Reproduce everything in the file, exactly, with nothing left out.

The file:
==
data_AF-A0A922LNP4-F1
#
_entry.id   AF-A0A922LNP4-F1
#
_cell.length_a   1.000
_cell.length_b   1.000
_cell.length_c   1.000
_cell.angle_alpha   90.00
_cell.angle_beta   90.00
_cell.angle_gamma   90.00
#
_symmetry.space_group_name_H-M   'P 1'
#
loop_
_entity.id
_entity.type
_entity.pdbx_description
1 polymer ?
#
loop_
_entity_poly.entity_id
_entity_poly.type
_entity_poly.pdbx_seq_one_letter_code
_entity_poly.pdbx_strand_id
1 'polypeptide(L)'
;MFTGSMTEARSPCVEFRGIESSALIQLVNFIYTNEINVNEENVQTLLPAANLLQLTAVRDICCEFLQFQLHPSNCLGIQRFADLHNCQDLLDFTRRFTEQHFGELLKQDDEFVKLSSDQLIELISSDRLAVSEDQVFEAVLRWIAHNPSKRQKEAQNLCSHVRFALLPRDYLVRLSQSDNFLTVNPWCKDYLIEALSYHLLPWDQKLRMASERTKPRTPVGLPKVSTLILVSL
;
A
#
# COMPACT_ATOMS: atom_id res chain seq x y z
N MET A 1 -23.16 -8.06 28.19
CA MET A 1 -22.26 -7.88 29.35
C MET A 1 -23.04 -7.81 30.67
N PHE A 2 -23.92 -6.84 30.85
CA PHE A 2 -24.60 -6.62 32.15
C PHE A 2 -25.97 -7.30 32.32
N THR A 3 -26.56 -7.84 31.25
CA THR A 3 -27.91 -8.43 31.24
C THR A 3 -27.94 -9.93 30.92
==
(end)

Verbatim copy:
data_AF-A0A922LNP4-F1
#
_entry.id   AF-A0A922LNP4-F1
#
_cell.length_a   1.000
_cell.length_b   1.000
_cell.length_c   1.000
_cell.angle_alpha   90.00
_cell.angle_beta   90.00
_cell.angle_gamma   90.00
#
_symmetry.space_group_name_H-M   'P 1'
#
loop_
_entity.id
_entity.type
_entity.pdbx_description
1 polymer ?
#
loop_
_entity_poly.entity_id
_entity_poly.type
_entity_poly.pdbx_seq_one_letter_code
_entity_poly.pdbx_strand_id
1 'polypeptide(L)'
;MFTGSMTEARSPCVEFRGIESSALIQLVNFIYTNEINVNEENVQTLLPAANLLQLTAVRDICCEFLQFQLHPSNCLGIQRFADLHNCQDLLDFTRRFTEQHFGELLKQDDEFVKLSSDQLIELISSDRLAVSEDQVFEAVLRWIAHNPSKRQKEAQNLCSHVRFALLPRDYLVRLSQSDNFLTVNPWCKDYLIEALSYHLLPWDQKLRMASERTKPRTPVGLPKVSTLILVSL
;
A
#
# COMPACT_ATOMS: atom_id res chain seq x y z
N MET A 1 -23.16 -8.06 28.19
CA MET A 1 -22.26 -7.88 29.35
C MET A 1 -23.04 -7.81 30.67
N PHE A 2 -23.92 -6.84 30.85
CA PHE A 2 -24.60 -6.62 32.15
C PHE A 2 -25.97 -7.30 32.32
N THR A 3 -26.56 -7.84 31.25
CA THR A 3 -27.91 -8.43 31.24
C THR A 3 -27.94 -9.93 30.92